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Rebel Deserter.

You know that sinking feeling you get from head to toe, but especially in your gut, when you ride that swinging boat at the fair? That. Then I found the record of him taking the oath into the Union Army. It’s hard to have that nugget of knowledge because we who are alive now will never know why he deserted, and “desert” is a strong word. But it does explain why, according to oral history, he came home from the war in a blue uniform.

There are a lot of strange things going on with him, not least of all is the 1870 census showing his twin boys at eight months old (when Eugene’s gravestone says they were born in 1864), living in separate family households (which matches family stories), and his wife not being Blondene Whitedeer, but someone named Catherine. He was listed on that census as “not living in the home.” After that, he disappeared. Some say that after the war he went to New Orleans to survey the break-up of the plantations, some say he went west. All say he left and never came home.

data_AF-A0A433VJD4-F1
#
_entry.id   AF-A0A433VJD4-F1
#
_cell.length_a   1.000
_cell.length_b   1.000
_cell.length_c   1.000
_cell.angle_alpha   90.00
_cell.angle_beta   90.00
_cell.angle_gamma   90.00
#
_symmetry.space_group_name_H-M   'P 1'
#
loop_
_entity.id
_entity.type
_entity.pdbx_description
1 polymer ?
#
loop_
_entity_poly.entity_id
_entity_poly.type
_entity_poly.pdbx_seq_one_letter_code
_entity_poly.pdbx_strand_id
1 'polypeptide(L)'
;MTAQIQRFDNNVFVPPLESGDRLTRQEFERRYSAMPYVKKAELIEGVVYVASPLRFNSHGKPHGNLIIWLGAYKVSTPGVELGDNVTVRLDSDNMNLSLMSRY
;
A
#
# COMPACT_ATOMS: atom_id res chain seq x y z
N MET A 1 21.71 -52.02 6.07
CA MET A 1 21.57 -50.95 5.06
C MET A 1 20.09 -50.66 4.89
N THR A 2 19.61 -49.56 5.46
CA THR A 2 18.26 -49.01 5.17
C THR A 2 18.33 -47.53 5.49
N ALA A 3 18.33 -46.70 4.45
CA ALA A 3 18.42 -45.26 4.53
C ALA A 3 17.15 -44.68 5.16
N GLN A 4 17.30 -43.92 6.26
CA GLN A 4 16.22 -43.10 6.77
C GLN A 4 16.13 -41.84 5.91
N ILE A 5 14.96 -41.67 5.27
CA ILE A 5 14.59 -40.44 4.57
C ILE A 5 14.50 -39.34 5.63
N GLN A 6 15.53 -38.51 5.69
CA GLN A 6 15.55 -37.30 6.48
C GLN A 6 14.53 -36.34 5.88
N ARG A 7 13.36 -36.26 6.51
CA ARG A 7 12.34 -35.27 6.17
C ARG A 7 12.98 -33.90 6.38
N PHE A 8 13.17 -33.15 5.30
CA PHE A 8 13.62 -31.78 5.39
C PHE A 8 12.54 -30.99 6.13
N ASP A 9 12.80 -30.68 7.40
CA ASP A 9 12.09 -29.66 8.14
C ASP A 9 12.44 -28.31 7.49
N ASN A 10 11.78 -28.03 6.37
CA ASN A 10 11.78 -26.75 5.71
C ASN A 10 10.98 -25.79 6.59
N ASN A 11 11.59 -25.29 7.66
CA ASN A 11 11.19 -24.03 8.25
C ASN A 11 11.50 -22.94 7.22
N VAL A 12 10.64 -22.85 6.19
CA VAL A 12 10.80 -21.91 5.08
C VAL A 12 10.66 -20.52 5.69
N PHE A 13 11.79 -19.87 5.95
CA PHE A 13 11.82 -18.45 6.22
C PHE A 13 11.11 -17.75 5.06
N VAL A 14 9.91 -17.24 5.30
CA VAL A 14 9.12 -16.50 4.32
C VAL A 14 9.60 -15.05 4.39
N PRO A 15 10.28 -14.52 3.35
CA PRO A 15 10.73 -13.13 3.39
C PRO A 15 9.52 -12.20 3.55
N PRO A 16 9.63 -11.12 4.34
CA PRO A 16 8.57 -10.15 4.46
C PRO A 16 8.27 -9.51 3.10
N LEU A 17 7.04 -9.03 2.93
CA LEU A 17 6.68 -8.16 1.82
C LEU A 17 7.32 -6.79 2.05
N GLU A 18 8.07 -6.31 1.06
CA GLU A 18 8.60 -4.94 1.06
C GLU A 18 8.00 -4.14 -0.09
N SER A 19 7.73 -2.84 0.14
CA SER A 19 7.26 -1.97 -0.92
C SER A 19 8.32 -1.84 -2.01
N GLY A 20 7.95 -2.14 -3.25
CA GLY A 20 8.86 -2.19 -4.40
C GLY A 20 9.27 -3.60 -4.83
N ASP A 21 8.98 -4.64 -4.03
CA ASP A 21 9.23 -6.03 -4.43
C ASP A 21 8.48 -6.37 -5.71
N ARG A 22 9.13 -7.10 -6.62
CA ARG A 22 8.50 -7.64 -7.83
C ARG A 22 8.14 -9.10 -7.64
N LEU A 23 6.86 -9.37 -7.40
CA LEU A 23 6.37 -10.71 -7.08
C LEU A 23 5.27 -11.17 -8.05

That twin son in the other household? I was told he died in a “buggy accident” with his mother, Blondene. The mysteries deepen.

It took me years to find anything about Finn, only to have him disappear again. Maybe he didn’t want to be found? Why not? Where did Blondene go? Where did she come from?

What happened? 

I may never have my answers, but I will always keep searching.

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As you could tell from yesterday’s blog–and the huge gap of time since the last blog–that I had been on vacation. Today is technically the last day of that vacation, with tomorrow being the one year anniversary of sending out a sub that’s still playing out. It’s fine, because they recently let me know I’m still under consideration. It was a shitty time to leave because of day-job stuff and writing, but I needed a vacay to shed some stress and plot and plan for works in progress. So I took it. *boom*

Jerks.

I am ignoring youuuuuu.

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No, I am NOT behind the cones. *ahem*